Esports Is Getting Bigger Every Year — So Where Are All The Women?

December 21, 2018

The first esports event Sabrina Wong ever attended was MLG Anaheim 2014. The competition was an important one for fans of Nintendo’s “Super Smash Bros. Melee.” It was the first “Smash” tournament held by Major League Gaming since 2011, and the first “Melee” featured since 2006. But, out of the thousands of cheering fans packing the Anaheim Convention Center, Wong could only count four other women in the crowd.

“I was so confused because I thought it was such a great experience,” said Wong, who’s now events lead for the esports organization Immortals. “I didn’t understand why.”

Esports has experienced a popularity boom in recent years. The industry is expected to grow to over $900 million this year, according to market intelligence company Newzoo. Major networks like ESPN and Turner now regularly air tournaments with prize pools rivaling some of the biggest events in traditional sports.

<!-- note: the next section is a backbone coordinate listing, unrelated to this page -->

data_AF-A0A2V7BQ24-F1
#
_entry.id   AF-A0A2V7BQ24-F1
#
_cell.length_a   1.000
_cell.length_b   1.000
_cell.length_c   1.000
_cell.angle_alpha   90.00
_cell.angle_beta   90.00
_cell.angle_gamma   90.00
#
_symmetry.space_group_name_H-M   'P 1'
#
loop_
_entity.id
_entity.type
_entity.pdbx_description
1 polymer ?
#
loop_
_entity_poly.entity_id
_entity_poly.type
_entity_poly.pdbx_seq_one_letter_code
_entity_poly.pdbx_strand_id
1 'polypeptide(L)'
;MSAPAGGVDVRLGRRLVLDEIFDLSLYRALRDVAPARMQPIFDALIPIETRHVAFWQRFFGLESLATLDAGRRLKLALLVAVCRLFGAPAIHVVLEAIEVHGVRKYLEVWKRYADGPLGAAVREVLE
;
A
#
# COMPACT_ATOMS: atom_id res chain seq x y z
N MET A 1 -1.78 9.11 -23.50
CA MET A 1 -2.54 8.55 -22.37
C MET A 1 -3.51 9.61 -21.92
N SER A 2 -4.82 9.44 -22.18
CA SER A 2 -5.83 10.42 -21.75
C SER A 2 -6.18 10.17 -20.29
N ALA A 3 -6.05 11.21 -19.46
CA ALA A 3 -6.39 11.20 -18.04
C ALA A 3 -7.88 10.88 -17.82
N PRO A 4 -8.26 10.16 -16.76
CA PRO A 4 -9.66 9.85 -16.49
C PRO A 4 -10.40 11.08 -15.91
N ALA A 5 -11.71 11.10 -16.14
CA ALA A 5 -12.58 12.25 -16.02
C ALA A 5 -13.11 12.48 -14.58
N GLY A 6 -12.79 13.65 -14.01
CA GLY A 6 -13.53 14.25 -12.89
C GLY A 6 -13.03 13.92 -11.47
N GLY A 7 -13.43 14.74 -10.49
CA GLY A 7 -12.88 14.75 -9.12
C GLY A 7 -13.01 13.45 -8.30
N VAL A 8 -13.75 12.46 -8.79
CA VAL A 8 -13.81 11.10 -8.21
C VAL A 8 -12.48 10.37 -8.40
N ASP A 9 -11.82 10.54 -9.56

While its audience is typically male and millennial, there are signs esports is becoming more diverse. About 29% of U.S. fans between the ages of 13 and 40 began watching in the past year and they “skew less male and are less likely to be millennials than fans…

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